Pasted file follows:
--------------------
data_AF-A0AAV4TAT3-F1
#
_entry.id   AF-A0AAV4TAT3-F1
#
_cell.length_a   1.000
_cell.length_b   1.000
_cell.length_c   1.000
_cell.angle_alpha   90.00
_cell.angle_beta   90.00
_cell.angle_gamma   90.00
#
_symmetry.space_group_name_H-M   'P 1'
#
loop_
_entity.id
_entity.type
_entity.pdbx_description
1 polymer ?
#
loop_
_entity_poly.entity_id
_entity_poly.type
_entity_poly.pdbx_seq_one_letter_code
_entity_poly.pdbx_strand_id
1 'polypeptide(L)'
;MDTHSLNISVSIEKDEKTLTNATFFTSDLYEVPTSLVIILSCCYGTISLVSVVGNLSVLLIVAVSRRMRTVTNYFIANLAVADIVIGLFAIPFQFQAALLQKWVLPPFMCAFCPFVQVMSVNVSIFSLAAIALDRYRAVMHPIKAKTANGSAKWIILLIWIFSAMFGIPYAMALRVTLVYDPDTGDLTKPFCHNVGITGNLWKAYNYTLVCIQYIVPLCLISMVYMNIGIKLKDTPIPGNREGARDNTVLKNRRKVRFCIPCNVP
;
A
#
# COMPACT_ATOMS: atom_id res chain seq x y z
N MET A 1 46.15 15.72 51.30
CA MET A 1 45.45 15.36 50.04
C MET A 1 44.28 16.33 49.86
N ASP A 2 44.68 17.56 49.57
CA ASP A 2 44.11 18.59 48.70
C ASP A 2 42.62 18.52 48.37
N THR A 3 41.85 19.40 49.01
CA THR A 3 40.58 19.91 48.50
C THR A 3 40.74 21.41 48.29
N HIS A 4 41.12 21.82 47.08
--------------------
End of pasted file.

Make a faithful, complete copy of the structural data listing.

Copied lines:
data_AF-A0AAV4TAT3-F1
#
_entry.id   AF-A0AAV4TAT3-F1
#
_cell.length_a   1.000
_cell.length_b   1.000
_cell.length_c   1.000
_cell.angle_alpha   90.00
_cell.angle_beta   90.00
_cell.angle_gamma   90.00
#
_symmetry.space_group_name_H-M   'P 1'
#
loop_
_entity.id
_entity.type
_entity.pdbx_description
1 polymer ?
#
loop_
_entity_poly.entity_id
_entity_poly.type
_entity_poly.pdbx_seq_one_letter_code
_entity_poly.pdbx_strand_id
1 'polypeptide(L)'
;MDTHSLNISVSIEKDEKTLTNATFFTSDLYEVPTSLVIILSCCYGTISLVSVVGNLSVLLIVAVSRRMRTVTNYFIANLAVADIVIGLFAIPFQFQAALLQKWVLPPFMCAFCPFVQVMSVNVSIFSLAAIALDRYRAVMHPIKAKTANGSAKWIILLIWIFSAMFGIPYAMALRVTLVYDPDTGDLTKPFCHNVGITGNLWKAYNYTLVCIQYIVPLCLISMVYMNIGIKLKDTPIPGNREGARDNTVLKNRRKVRFCIPCNVP
;
A
#
# COMPACT_ATOMS: atom_id res chain seq x y z
N MET A 1 46.15 15.72 51.30
CA MET A 1 45.45 15.36 50.04
C MET A 1 44.28 16.33 49.86
N ASP A 2 44.68 17.56 49.57
CA ASP A 2 44.11 18.59 48.70
C ASP A 2 42.62 18.52 48.37
N THR A 3 41.85 19.40 49.01
CA THR A 3 40.58 19.91 48.50
C THR A 3 40.74 21.41 48.29
N HIS A 4 41.12 21.82 47.08